Under this agreement, the United States would help India to build civilian nuclear reactors and import advanced weapons, setting aside the principle that countries refusing to sign the nuclear Non-Proliferation Treaty should be denied such assistance. In return, India agreed to renounce further nuclear tests, open its civilian nuclear reactors to international inspections and avoid cooperation with nuclear proliferators.

However, in recent months, the renewed nationalist fever in India seems to have come in the way of its nuclear deal with the US, as New Delhi has refused to separate its military and civilian nuclear reactors, arguing that they are integrated. India does not want to place its key reactors under the safeguards of the International Atomic Energy Agency (IAEA), while the US wishes otherwise.

On February 22, the US President pressed India to move more aggressively to separate civilian and military nuclear programs so that a faltering nuclear agreement between the United States and India might win the approval of a skeptical Congress and America's nuclear-armed allies.

A Washington Post editorial published last Sunday expressed US concerns over India’s nuclear stand by stating that “India's offer to open its civilian reactors to international inspections is being undermined by signs that key reactors will be defined as military and thus be exempted. This would put India in a position to expand its nuclear arsenal rapidly, which might in turn cause neighboring Pakistan to build extra nukes to retain a viable deterrent.”

Displaying its generally anti-Pakistan attitude, the Washington Post argued that the above prospect was alarming “because Pakistan's dictatorship sits atop a cauldron of militant Islamic ferment and because Pakistan's nuclear scientists have a record of retailing know-how to rogue nations.” Last month as well, the conservative US paper had lashed out at President General Pervez Musharraf for cheating the US in its war on terrorism, especially vis-à-vis Afghanistan.

The American media perception about India is that, current snags in its ties with Washington aside, the country may act as a “counterweight to China, as the Washington Post editorial stated, adding: “And given India's large and tolerant Muslim population, it could be an ally against Islamic radicalism.”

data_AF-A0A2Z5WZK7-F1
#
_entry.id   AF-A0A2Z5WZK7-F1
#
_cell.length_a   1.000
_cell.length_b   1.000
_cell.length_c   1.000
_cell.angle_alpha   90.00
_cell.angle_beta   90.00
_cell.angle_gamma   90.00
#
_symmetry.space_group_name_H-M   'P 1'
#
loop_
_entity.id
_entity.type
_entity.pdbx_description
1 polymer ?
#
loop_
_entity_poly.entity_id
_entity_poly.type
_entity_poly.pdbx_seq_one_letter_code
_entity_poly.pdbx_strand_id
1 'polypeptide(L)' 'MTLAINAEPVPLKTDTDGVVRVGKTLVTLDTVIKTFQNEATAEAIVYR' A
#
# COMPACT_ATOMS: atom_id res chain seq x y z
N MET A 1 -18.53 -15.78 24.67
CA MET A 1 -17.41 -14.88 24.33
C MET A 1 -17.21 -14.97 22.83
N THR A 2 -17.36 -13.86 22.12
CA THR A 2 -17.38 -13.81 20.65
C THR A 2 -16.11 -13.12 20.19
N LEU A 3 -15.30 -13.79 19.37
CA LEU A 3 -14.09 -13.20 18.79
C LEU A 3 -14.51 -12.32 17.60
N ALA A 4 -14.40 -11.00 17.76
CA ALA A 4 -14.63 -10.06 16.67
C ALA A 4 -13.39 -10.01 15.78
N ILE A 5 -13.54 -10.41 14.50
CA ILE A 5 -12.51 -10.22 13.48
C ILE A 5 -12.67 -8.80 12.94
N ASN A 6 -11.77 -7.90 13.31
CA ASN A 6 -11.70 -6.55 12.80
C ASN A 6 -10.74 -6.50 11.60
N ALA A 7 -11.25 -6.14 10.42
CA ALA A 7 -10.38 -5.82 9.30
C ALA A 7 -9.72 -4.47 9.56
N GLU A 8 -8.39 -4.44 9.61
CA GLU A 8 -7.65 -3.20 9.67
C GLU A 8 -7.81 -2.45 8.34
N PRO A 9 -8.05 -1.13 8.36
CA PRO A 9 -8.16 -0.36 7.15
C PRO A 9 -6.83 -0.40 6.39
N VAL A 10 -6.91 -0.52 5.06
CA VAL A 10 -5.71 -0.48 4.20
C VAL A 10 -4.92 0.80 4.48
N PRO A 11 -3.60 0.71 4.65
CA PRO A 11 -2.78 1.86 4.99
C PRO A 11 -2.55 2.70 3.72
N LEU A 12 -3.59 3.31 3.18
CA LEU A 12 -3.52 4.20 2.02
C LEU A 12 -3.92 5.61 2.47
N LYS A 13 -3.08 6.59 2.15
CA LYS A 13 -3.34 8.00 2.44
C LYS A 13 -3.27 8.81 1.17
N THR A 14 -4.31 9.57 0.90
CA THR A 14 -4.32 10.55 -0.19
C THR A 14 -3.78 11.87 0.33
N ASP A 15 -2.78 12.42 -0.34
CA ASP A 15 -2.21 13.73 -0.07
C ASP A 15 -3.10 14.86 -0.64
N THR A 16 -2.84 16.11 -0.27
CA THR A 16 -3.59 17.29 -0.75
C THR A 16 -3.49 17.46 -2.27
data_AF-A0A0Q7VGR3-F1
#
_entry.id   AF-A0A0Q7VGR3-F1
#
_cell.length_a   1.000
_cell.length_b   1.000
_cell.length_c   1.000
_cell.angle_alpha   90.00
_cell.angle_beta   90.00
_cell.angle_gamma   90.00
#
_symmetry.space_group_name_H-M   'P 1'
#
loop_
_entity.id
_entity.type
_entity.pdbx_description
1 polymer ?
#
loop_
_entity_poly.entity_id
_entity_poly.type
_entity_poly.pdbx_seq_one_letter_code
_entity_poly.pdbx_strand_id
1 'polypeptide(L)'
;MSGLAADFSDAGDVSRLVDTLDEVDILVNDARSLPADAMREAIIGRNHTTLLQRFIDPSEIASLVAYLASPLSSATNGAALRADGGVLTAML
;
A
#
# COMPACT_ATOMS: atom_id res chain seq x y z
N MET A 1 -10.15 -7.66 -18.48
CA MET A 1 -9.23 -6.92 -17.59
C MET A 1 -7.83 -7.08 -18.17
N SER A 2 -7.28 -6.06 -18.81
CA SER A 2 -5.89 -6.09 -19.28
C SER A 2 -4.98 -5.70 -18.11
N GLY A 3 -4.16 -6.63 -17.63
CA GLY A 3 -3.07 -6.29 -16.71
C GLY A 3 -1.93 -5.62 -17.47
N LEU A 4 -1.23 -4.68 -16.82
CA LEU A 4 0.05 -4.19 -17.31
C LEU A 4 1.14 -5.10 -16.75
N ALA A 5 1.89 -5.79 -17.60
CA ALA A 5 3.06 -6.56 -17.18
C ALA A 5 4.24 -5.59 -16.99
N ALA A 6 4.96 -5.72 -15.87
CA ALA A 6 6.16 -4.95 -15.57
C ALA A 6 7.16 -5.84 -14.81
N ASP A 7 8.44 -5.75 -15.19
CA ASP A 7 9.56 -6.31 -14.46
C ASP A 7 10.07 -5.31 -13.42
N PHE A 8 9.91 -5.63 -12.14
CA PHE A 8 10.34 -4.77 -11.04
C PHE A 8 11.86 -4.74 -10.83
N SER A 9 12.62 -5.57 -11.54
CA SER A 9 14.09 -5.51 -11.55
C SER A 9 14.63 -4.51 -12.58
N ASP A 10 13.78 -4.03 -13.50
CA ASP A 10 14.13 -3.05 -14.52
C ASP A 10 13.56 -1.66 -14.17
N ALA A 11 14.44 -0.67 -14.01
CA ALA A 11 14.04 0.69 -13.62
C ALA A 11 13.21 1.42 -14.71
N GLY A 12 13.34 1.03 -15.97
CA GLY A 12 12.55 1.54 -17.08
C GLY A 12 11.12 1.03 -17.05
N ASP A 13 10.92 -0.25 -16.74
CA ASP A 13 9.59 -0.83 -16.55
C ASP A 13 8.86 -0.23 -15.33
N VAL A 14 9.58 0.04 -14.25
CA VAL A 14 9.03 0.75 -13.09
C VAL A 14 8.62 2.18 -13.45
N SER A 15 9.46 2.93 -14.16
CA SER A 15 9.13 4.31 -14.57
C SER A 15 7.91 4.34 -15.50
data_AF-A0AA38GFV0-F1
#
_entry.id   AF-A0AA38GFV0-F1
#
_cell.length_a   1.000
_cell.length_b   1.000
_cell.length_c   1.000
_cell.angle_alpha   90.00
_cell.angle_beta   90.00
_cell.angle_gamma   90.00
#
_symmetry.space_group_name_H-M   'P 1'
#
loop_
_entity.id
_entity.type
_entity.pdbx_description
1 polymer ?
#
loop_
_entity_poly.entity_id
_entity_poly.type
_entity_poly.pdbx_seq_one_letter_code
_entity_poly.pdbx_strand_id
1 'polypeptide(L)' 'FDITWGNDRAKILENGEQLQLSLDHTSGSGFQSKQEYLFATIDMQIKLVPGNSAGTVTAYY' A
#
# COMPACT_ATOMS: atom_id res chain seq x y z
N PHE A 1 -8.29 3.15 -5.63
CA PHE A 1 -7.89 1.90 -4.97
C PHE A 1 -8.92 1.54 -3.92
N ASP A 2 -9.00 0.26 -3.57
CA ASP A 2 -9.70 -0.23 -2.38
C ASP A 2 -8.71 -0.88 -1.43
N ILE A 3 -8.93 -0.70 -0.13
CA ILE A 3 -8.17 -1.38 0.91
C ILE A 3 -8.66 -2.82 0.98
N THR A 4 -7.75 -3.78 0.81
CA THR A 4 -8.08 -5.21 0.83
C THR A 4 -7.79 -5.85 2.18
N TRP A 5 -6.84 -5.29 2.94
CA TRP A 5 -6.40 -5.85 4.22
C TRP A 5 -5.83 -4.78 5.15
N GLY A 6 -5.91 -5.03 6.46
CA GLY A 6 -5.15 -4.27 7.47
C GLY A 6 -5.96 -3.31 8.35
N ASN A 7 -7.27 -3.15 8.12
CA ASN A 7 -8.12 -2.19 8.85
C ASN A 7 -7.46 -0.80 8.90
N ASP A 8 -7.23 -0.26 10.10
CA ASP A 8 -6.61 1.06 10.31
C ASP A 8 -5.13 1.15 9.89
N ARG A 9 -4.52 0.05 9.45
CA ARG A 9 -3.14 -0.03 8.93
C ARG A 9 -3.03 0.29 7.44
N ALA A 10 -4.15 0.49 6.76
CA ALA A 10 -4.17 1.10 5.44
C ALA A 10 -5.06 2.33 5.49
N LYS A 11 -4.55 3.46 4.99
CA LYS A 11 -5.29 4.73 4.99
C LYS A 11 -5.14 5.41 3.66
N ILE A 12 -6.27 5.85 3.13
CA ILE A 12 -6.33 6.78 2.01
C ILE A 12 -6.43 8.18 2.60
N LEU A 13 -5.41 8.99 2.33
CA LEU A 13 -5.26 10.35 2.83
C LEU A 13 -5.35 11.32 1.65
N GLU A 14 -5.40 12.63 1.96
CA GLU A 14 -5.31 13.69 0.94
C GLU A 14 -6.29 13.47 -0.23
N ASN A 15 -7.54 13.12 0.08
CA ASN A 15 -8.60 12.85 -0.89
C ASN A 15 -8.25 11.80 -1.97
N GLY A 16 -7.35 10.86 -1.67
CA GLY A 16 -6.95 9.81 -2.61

As for Pakistan, for now, Washington looks at the country as strategically important for its war on terrorism in Afghanistan. That is why Islamabad was given the status of a non-NATO ally three years ago. However, just as Pakistanis generally perceive America to be an ally of convenience, a considerable section of the US expertise on South Asia treats Pakistan as an important ally but of transitory significance.

The US approach not to treat India and Pakistan even-handedly, as was the case throughout the Cold War period, could be understandable during the Democratic era of President Clinton. However, the unfortunate reality is that even during the Republican governance of President Bush, who has treated his Pakistani counterpart as a special friend, Washington has kept on treating India in its own right and Pakistan in its own place. Given India’s much bigger potential vis-à-vis Pakistan, such real-politick American concerns have gradually replaced the traditionally operative American outlook on South Asia, whereby Washington would also give equal significance to Indo-Pak strategic dilemma.

Who is to blame? More than anyone else, it is the Pakistani diplomacy at the US Capitol Hill that seems to have resulted in a US policy towards South Asia that is more pro-India and less pro-Pakistan. The Indians have a very credible caucus at the Capitol Hill, which played an important role in securing the July 2005 Indo-US nuclear deal and continues to help New Delhi in its current nuclear row with the Bush administration. The government of Pakistan, on the other hand, has failed to have an effective Pakistan caucus that could muster enough support in favour of Pakistan in the US Congress.